Hawaii You've Changed


Thu, 14 November 2019

There's a softer, more clean-cut, watered-down world on show on the North Shore these days, one with little of the wild-eyed fear and fist-flying antics of yore, writes Craig Jarvis.

I used to live for the winter season on the North Shore. Whether I was there, or watching the feeds, or picking up bits and pieces from magazines and websites. The North Shore breathed gnarly, hardcore surfing and living.

There were the fights between the Wolf Pack and visitors, Da Hui and visitors, Johnny Boy and innocent people, Koby Abberton and anyone else who wanted to swing. Buttons was around, wild-eyed and high as a kite, Marvin had guns, and everyone just charged.

Briley would surf third reef Pipe and come blowing in over the inside reef to death or glory, Tim Fretz would drop into giant Pipe on a twinnie, Kong would chop outside Sunset waves to pieces with his wild hand-jives, and a hundred other people, all larger than life, made the place breathe something strong, something heavy.


TATTOO PAYOFF LINE: Surf gangsters have the brand of the brotherhood tatt. Photo Bra Boys

Andy Irons would rule, in his excitable way, and Bruce and Kaiborg and Sunny and Kala would be there, in the mix, terrifying people with a scowl. Then they would all charge; and surf ridiculously dangerous waves seemingly without a care in the world. Now its all so ... clean-cut. The waves stayed scary, but the surfers didn't (er ... mostly). Many of the colourful characters are gone now.

A fear of Sunset is normal, required, and levied in tons of white waterAndy has gone, Marvin has gone, Buttons has gone, Tim Fretz has gone, Brock has gone and Sunny is making a slow, painstaking recovery. It is a different world on the North Shore today. Sunset does not form a part of the Championship Tour even though it was probably the most vital event on the tour back in the day. Sunset was the final test, the ultimate leveller, and it left you with nothing but an empty hole in your soul if you were found to be wanting. A fear of Sunset is normal, required, and levied in tons of white water, and most championship tour surfers not from Hawaii have had to undertake different coping mechanisms over the years to deal with the fear and the angst of angry Sunset Reef.

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RELAXED NEW WORLD: The waves are heavy but people are more chilled. Photo WSL / Cestari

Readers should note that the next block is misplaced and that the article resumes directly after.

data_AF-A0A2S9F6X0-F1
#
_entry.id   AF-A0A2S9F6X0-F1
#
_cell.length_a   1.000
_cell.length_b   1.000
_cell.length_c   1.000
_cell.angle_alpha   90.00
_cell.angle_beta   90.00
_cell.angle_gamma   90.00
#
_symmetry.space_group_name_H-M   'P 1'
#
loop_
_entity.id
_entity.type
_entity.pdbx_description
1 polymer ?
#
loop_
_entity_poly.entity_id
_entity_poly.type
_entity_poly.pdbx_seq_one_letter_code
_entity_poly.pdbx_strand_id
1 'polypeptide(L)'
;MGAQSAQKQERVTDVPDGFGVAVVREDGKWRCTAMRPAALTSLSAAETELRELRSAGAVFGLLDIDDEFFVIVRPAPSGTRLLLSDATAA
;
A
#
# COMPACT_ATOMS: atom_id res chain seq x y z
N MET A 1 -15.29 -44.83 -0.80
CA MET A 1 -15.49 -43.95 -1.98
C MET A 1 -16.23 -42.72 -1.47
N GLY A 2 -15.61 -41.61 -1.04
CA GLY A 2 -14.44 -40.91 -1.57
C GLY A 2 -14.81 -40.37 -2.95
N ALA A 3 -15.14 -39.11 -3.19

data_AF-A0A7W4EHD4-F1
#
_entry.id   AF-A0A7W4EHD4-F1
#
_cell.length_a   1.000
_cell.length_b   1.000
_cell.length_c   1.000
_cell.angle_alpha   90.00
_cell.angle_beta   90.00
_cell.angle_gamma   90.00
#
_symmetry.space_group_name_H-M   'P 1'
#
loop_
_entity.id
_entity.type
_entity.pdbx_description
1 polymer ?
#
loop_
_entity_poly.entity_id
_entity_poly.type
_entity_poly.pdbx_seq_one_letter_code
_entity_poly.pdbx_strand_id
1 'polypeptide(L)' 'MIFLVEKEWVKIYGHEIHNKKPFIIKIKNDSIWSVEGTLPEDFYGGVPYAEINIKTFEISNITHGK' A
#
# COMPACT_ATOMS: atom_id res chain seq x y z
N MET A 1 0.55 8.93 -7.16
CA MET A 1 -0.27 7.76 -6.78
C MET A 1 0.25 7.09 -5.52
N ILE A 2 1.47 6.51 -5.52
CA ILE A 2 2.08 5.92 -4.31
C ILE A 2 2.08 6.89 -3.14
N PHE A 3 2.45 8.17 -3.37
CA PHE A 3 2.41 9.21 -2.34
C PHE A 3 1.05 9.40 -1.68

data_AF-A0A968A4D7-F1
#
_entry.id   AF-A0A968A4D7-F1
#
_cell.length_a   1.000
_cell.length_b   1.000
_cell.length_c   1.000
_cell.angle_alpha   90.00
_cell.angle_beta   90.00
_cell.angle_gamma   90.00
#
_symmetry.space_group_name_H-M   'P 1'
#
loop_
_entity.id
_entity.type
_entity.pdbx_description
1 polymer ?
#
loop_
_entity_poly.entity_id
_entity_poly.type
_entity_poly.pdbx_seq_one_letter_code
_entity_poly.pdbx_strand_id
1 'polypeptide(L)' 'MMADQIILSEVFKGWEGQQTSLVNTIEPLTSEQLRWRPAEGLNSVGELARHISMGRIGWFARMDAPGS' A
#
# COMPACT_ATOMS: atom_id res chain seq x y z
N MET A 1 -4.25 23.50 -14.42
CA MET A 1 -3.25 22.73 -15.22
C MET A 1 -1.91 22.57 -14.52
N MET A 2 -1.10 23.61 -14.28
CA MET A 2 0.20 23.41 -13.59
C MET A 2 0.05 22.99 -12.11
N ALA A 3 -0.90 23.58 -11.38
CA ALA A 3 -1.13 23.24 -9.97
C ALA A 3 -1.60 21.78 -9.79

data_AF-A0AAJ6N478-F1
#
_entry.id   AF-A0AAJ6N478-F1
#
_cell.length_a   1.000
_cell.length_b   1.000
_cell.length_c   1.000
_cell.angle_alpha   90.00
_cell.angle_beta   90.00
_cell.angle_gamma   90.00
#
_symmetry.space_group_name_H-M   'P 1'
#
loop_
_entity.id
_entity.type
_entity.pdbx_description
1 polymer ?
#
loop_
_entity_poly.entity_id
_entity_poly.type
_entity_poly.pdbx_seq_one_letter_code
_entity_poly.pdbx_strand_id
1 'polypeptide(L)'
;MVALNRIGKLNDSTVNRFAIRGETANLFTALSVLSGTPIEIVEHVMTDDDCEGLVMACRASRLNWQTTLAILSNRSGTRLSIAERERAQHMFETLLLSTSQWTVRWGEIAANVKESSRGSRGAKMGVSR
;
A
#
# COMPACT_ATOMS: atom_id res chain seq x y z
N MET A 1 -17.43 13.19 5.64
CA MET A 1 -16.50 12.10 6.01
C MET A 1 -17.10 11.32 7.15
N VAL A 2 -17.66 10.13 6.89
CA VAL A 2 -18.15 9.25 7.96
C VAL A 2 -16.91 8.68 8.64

While we still get big waves that rock the North Shore, and the Vans Triple Crown is an excellently run production for the surfers, there’s a slight difference in excitement levels these days compared to the days of yore.

At least there’s a contest or two at Waimea this season, the single surf venue where half the Hawaiian story comes from. The drama and the excitement of the Eddie was one of the craziest vibes in the world of surfing, from the Opening Ceremony at the beach at Waimea, to the Hawaiian culture and the traditional proceedings that took place at the opening ceremony with the Aikau family, to the wild surfing that took place over the years at Waimea.

There were so many incredible rides, so many fearless campaigns, feel-good stories, incredible wipeouts and the making and breaking of some many reputations. People made and make lifelong careers at Waimea in a single heat. It’s the one surfing event that is arguably the most important event in the world - but it doesn't always run. Eddie would go, if he got more of a chance. We need more of those gut-churning thrills and hell rides to pump life into the flagging beast.


THE KELLY AND JAMIE SHOW: JOB's idea of heavy is a few pranks on mates. Photo WSL / Heff

We also have the Red Bull Queen Of The Bay big wave event for girls at Waimea, which is the real deal.

It’s great to see an event for the best female big wave surfers in the world, and its also encouraging that Red Bull managed to obtain a permit for this event. There are no South Africans in the event, despite one or two who are more than competent.

Tammy-Lee smith was invited to the Jaws event two years ago, and it’s a pity she is not included in the Queen Of The Bay lineup. She knows what to do when a big set approaches.

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AIR DROP: Billy Kemper begins a freefall takeoff in giant Jaws. Photo WSL / Morris

Over the years, as places like Jaws and Nazaré stole much of the big wave media, and the Cortes Bank revealed some of the biggest waves on the planet, the small area that is the Waimea take off DMZ lost a little of its shine, lost some of its glitter, as Nazaré lineups and Jaws drone footage just blew minds in the way of media output.

Seeing Waimea in all her glory right there on the point is one helluva thing however, and seeing a black set start lurching through from the horizon is terrifying, even from the safety of the land. Waimea Bay closes out somewhere between 30 and 40 foot, depending on the tide and depending on the wave period. Lets hope it doesn't do that for the girls, but it’s ok if it does that for the Eddie.

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